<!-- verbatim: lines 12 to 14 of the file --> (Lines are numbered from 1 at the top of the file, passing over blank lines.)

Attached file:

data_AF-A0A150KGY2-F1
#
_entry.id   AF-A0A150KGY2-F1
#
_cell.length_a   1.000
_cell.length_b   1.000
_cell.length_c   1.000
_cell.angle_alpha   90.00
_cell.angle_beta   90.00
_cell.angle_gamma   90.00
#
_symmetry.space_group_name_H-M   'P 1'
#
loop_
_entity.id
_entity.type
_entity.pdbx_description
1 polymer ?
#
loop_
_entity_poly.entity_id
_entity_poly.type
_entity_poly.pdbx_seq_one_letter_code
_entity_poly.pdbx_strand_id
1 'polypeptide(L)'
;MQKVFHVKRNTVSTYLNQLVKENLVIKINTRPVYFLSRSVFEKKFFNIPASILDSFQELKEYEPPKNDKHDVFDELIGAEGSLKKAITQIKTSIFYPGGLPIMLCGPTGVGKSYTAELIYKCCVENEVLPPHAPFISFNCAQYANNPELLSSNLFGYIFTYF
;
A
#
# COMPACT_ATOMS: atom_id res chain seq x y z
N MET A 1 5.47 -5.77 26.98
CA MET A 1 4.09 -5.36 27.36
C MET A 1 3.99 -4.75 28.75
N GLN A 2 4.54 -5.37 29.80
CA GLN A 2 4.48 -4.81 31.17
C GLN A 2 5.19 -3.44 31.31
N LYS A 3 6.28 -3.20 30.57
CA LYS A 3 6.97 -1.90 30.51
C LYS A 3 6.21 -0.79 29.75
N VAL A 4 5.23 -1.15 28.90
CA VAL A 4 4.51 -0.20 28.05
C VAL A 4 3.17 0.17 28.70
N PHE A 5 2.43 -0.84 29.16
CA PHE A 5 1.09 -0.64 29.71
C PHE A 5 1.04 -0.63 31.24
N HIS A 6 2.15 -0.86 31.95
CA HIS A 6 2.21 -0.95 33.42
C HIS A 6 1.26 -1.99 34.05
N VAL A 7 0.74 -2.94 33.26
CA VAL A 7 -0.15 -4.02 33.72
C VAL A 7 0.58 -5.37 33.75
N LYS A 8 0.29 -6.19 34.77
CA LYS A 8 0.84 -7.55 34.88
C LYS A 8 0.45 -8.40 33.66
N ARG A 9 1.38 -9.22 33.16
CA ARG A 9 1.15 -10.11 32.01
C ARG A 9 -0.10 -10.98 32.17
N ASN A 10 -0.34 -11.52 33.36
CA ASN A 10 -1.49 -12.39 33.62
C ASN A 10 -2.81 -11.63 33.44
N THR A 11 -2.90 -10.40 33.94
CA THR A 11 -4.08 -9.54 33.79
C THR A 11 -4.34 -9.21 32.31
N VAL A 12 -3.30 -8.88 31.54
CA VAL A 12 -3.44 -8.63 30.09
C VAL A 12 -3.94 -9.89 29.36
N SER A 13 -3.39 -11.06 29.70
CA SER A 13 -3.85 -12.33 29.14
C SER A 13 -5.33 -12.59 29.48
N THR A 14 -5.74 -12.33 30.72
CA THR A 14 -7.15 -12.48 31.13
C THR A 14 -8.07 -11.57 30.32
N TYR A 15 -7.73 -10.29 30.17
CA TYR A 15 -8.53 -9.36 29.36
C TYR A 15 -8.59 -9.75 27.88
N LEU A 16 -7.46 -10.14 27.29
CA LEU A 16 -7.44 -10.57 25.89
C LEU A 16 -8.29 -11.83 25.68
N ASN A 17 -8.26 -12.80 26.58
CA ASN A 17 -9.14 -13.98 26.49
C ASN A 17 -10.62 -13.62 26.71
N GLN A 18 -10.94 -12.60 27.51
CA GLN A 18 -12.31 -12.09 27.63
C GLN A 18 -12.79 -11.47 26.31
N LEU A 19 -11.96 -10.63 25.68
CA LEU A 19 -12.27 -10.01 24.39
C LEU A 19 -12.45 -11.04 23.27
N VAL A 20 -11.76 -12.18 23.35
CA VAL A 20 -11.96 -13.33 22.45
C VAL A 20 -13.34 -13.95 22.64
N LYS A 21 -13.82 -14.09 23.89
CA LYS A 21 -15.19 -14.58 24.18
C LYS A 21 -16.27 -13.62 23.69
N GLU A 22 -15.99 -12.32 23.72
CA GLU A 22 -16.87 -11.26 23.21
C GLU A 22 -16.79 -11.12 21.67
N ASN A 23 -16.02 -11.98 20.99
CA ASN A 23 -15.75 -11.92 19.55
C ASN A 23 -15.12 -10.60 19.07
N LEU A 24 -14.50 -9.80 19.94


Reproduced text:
_symmetry.space_group_name_H-M   'P 1'
#
loop_